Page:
Friday, August 3, 2012

The Astoria Maritime Museum

 The mouth of the Columbia River is known as the Graveyard of the Pacific due to terrific waves and storms that make the area a navigation nightmare. The Maritime Museum of Astoria makes this area come alive and is a great place to visit. Here, Orinda checks out the over 200 known ship wrecks in the area.

The Columbia River is a vast maritime highway and for many years was the major travel route in the area. Steamers like this would run up river all the way to Lewiston, ID, a distance of some 465 miles from the ocean. 

This was no easy trip in these days as the Columbia was a wild, raging river with many rapids. The steamers had to run right through these and it must have been quite an exciting ride, to say the least. These steamboats used wood for fuel and burned about 4 cords of wood per HOUR (yes, hour!). This was an enormous amount of wood and called for a huge amount of labor to just fuel it. 

The Columbia River was not fully explored until the early 1800's and much of the area remained quite wild well past that time. Indeed, a display of historic maps shows how little was known of the Pacific Northwest even into the 17th century.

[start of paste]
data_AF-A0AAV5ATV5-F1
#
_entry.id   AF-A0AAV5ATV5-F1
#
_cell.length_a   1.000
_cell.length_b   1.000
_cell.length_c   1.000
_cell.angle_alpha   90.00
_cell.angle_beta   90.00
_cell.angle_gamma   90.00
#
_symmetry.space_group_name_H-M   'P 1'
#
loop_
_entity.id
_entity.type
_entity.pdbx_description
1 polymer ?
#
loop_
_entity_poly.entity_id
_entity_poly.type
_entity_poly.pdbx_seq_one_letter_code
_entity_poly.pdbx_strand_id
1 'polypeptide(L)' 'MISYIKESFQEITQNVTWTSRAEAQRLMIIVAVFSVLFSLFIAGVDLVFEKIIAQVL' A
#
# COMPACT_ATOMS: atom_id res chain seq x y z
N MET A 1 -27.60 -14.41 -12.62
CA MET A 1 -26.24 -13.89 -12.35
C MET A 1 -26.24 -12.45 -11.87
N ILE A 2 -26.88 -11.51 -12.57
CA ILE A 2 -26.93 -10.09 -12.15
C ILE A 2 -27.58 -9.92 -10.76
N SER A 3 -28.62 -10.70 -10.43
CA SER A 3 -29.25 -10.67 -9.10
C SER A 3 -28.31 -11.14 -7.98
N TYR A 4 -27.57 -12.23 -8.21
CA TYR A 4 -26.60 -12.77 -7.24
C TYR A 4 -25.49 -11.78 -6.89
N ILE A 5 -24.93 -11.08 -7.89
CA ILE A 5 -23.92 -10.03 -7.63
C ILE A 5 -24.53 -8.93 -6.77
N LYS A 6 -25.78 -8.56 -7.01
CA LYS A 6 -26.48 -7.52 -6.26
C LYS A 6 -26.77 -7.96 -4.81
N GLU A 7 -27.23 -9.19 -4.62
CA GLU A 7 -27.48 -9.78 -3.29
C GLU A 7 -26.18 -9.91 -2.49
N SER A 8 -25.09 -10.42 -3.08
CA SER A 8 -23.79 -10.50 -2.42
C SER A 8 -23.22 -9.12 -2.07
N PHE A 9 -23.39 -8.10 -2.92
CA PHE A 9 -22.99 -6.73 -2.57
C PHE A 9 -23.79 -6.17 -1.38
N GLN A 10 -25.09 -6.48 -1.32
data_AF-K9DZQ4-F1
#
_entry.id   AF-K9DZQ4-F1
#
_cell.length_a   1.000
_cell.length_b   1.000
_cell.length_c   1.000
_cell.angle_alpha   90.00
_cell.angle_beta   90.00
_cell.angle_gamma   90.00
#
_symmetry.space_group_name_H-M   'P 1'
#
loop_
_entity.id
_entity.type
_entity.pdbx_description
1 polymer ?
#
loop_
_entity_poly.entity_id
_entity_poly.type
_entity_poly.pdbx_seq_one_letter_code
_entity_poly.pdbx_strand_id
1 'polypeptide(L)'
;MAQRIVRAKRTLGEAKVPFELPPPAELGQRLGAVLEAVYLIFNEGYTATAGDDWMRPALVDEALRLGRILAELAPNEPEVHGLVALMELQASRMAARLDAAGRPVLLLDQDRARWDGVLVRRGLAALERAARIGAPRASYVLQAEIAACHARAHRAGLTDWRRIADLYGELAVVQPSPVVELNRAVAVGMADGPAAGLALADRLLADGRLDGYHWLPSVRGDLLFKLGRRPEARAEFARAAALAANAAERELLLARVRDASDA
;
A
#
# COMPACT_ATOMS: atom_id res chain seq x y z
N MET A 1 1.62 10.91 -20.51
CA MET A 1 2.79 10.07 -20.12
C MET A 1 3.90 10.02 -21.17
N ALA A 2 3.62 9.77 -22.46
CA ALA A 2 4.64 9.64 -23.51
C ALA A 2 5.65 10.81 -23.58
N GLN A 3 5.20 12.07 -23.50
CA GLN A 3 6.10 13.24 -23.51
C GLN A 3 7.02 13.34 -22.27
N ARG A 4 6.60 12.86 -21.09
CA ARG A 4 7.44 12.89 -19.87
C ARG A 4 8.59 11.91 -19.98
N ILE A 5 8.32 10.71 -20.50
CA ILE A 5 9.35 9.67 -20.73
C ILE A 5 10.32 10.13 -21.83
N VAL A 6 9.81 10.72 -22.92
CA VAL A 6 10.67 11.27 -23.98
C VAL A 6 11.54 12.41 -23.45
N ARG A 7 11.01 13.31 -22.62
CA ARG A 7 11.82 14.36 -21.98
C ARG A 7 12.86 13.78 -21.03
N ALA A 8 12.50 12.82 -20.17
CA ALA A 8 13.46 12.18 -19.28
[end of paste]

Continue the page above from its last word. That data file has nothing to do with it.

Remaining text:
Given the danger to shipping of the area, it is no surprise that the Coast Guard has had a presence here for many years. Early in the 20th century, the Guard used rescue boats like this one to help mariners in stricken ships. While it seems robust, I would hate to hit 20' waves in this.

 Orinda was very impressed with the "Crossing the Bar" exhibit which showed how high the waves routinely get at the entrance. Yikes! This made us a bit queasy just looking at it.

 The Coast Guard has dramatically enhanced their rescue craft as this recently retired 44' model shows. It is self righting and virtually unsinkable, but the videos of it in action did not make us want to give it a try.

 Large ships entering the river are required to have two local pilots -- one for the entrance and then a second for the trip upstream. The Bar pilots are the most specialized and experienced to take the ship through the treacherous entrance to the river. Boarding the large ship from the Pilot boat is a huge challenge since both craft are bouncing in large waves. This is the Peacock, a Pilot boat that was used for years and recently retired. Orinda and I decided this was another job that we probably were not qualified for!

 The Maritime Museum is a great place to visit and learn about the exciting maritime history of the area and the Pacific coast.

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